BOSTON (Reuters) - American Ryan Hall set a fast early pace in the 115th Boston Marathon on Monday, looking to become the first U.S. runner to win the race in 28 years.
Hall was expected to face stiff competition from Kenya's Robert Kiprono Cheruiyot, who set the Boston course record in 2010. Eleven men were in the lead pack early.
Conditions were perfect for the elite runners to go for course records, with temperatures at the start in the high 40s and a brisk tailwind.
In the women's race, New Zealand's Kim Smith -- who lives and trains locally in Providence, Rhode Island -- opened up a one-minute lead on the pack in the first half of the race.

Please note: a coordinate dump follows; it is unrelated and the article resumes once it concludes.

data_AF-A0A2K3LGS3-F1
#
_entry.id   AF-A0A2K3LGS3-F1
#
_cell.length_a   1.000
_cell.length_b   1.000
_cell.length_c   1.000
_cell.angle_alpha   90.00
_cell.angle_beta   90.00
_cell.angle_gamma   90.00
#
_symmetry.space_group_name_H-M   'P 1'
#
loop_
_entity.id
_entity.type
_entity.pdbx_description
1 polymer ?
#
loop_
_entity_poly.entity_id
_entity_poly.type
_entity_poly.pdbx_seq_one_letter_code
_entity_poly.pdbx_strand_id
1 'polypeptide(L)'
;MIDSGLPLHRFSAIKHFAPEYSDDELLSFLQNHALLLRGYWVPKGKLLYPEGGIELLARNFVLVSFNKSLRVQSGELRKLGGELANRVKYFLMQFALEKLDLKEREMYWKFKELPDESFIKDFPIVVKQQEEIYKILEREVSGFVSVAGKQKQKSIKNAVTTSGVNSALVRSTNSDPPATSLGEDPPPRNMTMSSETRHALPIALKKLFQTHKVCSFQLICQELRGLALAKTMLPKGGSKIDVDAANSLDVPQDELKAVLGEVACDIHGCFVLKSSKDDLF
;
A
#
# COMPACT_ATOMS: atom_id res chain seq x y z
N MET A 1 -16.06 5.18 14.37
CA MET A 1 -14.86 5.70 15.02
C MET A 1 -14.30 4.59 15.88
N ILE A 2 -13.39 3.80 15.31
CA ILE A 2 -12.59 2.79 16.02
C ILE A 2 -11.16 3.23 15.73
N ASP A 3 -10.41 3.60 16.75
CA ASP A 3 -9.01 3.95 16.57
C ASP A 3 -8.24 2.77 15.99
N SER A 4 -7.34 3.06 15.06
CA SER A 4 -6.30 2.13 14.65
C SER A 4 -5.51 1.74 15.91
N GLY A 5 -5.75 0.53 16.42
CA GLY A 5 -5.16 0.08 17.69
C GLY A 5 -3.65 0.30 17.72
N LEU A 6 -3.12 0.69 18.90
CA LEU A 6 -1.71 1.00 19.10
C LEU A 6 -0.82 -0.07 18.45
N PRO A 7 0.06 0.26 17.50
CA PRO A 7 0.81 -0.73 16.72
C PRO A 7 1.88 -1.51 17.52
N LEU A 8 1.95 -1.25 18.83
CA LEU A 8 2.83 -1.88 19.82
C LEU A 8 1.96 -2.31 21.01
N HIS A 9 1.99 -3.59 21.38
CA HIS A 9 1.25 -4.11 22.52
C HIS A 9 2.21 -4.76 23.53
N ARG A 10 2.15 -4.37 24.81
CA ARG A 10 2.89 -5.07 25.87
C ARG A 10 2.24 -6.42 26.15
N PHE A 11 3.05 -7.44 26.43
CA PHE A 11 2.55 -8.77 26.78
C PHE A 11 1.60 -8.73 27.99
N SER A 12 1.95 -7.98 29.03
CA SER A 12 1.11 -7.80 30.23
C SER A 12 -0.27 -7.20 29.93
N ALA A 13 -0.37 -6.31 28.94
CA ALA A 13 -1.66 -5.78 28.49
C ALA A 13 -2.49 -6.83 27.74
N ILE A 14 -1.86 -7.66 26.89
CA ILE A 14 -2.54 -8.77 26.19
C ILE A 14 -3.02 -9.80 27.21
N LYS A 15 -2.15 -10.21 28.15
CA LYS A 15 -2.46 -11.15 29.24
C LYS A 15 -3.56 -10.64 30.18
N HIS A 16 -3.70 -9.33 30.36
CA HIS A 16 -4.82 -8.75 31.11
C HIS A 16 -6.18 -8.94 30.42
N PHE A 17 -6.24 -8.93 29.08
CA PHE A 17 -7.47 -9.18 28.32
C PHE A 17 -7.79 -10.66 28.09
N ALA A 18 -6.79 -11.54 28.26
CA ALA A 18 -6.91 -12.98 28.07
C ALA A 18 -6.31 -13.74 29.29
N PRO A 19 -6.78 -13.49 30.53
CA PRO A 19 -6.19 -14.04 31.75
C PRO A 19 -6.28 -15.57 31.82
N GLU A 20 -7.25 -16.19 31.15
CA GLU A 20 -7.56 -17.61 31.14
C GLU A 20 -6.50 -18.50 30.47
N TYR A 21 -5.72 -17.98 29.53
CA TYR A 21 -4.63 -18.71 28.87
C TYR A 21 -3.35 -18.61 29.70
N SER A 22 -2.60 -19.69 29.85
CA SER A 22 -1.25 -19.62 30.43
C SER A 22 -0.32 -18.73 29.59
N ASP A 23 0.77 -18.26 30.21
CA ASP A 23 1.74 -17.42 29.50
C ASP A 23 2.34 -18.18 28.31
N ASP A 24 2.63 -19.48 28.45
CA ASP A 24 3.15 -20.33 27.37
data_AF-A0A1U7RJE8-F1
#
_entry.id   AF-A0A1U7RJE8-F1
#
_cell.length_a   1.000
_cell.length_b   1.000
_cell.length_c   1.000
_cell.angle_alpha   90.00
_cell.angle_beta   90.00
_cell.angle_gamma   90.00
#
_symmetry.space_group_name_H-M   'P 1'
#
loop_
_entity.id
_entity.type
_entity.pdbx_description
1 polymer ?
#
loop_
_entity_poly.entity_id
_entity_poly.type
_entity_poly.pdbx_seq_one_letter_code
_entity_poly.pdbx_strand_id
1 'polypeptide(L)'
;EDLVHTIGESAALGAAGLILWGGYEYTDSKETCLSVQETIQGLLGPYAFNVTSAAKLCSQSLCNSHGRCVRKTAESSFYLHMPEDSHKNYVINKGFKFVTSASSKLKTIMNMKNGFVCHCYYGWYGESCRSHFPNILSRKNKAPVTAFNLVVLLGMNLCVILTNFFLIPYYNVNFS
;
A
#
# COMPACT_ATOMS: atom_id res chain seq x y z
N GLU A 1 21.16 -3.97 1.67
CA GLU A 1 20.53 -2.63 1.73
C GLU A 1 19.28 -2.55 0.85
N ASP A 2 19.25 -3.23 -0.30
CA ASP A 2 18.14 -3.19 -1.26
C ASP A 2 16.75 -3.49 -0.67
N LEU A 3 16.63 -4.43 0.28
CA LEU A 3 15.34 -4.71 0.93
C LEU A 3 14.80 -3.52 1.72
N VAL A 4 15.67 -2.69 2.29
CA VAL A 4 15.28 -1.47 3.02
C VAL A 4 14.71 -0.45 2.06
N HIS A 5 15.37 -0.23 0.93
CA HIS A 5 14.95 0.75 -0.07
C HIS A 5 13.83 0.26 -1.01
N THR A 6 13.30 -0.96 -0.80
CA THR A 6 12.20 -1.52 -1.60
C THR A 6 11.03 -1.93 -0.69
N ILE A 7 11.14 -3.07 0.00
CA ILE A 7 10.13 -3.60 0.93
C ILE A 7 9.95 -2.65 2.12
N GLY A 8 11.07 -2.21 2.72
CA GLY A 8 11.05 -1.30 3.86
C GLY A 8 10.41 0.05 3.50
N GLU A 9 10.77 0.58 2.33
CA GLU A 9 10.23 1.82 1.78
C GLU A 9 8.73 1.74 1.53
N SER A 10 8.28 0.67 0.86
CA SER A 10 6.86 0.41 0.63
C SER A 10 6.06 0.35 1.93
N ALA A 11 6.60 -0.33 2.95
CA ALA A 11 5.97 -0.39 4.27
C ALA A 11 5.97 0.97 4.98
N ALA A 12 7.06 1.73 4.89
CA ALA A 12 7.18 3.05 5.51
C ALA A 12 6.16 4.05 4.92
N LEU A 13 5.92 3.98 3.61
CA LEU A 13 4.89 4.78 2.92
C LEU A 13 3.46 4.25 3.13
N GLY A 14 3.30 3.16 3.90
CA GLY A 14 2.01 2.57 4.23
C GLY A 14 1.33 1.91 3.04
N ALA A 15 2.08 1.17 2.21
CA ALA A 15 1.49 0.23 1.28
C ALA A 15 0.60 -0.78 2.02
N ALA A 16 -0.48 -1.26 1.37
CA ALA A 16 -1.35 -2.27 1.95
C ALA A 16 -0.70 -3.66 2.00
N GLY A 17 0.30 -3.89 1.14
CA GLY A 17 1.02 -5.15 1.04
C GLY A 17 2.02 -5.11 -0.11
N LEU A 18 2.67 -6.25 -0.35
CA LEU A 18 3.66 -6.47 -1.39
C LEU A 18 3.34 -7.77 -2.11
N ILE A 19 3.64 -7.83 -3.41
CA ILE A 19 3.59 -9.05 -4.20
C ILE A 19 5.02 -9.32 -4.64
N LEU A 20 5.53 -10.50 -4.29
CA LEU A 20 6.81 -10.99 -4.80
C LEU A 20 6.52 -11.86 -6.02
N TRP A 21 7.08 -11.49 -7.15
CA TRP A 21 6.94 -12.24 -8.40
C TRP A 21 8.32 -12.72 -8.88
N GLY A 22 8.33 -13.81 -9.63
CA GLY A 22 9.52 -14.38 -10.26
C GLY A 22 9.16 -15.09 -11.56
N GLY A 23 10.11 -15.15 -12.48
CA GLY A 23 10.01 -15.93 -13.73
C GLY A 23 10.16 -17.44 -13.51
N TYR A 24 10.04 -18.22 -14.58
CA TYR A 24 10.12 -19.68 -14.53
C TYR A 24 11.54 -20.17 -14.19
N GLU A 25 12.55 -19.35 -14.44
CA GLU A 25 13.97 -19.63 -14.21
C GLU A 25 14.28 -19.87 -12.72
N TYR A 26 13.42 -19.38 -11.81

She was running at a pace not seen at Boston for over a decade.
Smith has said that she did not want to feel boxed in by a leisurely start and they get out-kicked by the many fast African runners, including the 2010 winner Teyba Erkesso of Ethiopia.
In the men's wheelchair division, Japanese athlete Masazumi Soejima, 36, upset nine-time winner Ernst Van Dyk of South Africa. Soejima also won in 2007.
Officials said almost 27,000 runners were entered in this year's race. The women runners set off at 9:32 a.m. and the men set off at 10 a.m. (ET).
(Writing by Ros Krasny. Editing by Peter Bohan)